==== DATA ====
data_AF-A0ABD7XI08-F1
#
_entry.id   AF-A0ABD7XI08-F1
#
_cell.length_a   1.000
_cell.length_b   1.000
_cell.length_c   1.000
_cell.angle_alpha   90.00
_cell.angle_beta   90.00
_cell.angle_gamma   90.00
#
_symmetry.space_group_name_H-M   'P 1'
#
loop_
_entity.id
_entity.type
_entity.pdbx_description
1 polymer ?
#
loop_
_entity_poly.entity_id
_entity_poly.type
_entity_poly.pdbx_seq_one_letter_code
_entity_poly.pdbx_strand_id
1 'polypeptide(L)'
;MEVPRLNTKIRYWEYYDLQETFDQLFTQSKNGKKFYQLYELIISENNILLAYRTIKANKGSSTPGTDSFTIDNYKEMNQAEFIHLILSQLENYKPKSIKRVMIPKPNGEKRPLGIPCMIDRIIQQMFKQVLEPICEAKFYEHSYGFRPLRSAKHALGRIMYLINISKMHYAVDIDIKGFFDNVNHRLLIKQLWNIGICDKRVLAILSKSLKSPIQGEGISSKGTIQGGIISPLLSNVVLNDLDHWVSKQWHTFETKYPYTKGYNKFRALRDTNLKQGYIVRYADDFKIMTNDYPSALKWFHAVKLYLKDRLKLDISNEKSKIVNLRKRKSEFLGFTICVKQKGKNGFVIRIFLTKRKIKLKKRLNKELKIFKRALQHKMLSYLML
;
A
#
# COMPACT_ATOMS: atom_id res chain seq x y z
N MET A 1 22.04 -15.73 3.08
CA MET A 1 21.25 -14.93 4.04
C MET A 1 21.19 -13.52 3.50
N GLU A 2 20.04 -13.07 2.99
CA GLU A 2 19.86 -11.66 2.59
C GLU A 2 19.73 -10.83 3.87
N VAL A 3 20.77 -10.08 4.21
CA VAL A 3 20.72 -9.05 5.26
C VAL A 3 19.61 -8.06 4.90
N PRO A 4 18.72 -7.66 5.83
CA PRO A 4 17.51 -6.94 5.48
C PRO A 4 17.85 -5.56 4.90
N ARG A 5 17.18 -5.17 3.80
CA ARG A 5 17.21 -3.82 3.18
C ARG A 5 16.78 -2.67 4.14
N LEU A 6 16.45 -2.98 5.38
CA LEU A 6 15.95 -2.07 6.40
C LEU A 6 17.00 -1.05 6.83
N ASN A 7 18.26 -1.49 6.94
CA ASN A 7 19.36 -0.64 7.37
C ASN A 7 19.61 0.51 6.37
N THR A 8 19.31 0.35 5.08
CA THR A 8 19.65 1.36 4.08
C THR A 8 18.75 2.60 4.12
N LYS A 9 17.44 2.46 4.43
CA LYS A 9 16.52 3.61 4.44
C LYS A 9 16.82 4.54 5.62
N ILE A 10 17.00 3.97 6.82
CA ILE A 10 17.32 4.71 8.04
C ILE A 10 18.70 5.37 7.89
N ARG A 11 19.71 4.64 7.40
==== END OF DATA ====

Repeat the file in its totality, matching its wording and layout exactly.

data_AF-A0ABD7XI08-F1
#
_entry.id   AF-A0ABD7XI08-F1
#
_cell.length_a   1.000
_cell.length_b   1.000
_cell.length_c   1.000
_cell.angle_alpha   90.00
_cell.angle_beta   90.00
_cell.angle_gamma   90.00
#
_symmetry.space_group_name_H-M   'P 1'
#
loop_
_entity.id
_entity.type
_entity.pdbx_description
1 polymer ?
#
loop_
_entity_poly.entity_id
_entity_poly.type
_entity_poly.pdbx_seq_one_letter_code
_entity_poly.pdbx_strand_id
1 'polypeptide(L)'
;MEVPRLNTKIRYWEYYDLQETFDQLFTQSKNGKKFYQLYELIISENNILLAYRTIKANKGSSTPGTDSFTIDNYKEMNQAEFIHLILSQLENYKPKSIKRVMIPKPNGEKRPLGIPCMIDRIIQQMFKQVLEPICEAKFYEHSYGFRPLRSAKHALGRIMYLINISKMHYAVDIDIKGFFDNVNHRLLIKQLWNIGICDKRVLAILSKSLKSPIQGEGISSKGTIQGGIISPLLSNVVLNDLDHWVSKQWHTFETKYPYTKGYNKFRALRDTNLKQGYIVRYADDFKIMTNDYPSALKWFHAVKLYLKDRLKLDISNEKSKIVNLRKRKSEFLGFTICVKQKGKNGFVIRIFLTKRKIKLKKRLNKELKIFKRALQHKMLSYLML
;
A
#
# COMPACT_ATOMS: atom_id res chain seq x y z
N MET A 1 22.04 -15.73 3.08
CA MET A 1 21.25 -14.93 4.04
C MET A 1 21.19 -13.52 3.50
N GLU A 2 20.04 -13.07 2.99
CA GLU A 2 19.86 -11.66 2.59
C GLU A 2 19.73 -10.83 3.87
N VAL A 3 20.77 -10.08 4.21
CA VAL A 3 20.72 -9.05 5.26
C VAL A 3 19.61 -8.06 4.90
N PRO A 4 18.72 -7.66 5.83
CA PRO A 4 17.51 -6.94 5.48
C PRO A 4 17.85 -5.56 4.90
N ARG A 5 17.18 -5.17 3.80
CA ARG A 5 17.21 -3.82 3.18
C ARG A 5 16.78 -2.67 4.14
N LEU A 6 16.45 -2.98 5.38
CA LEU A 6 15.95 -2.07 6.40
C LEU A 6 17.00 -1.05 6.83
N ASN A 7 18.26 -1.49 6.94
CA ASN A 7 19.36 -0.64 7.37
C ASN A 7 19.61 0.51 6.37
N THR A 8 19.31 0.35 5.08
CA THR A 8 19.65 1.36 4.08
C THR A 8 18.75 2.60 4.12
N LYS A 9 17.44 2.46 4.43
CA LYS A 9 16.52 3.61 4.44
C LYS A 9 16.82 4.54 5.62
N ILE A 10 17.00 3.97 6.82
CA ILE A 10 17.32 4.71 8.04
C ILE A 10 18.70 5.37 7.89
N ARG A 11 19.71 4.64 7.40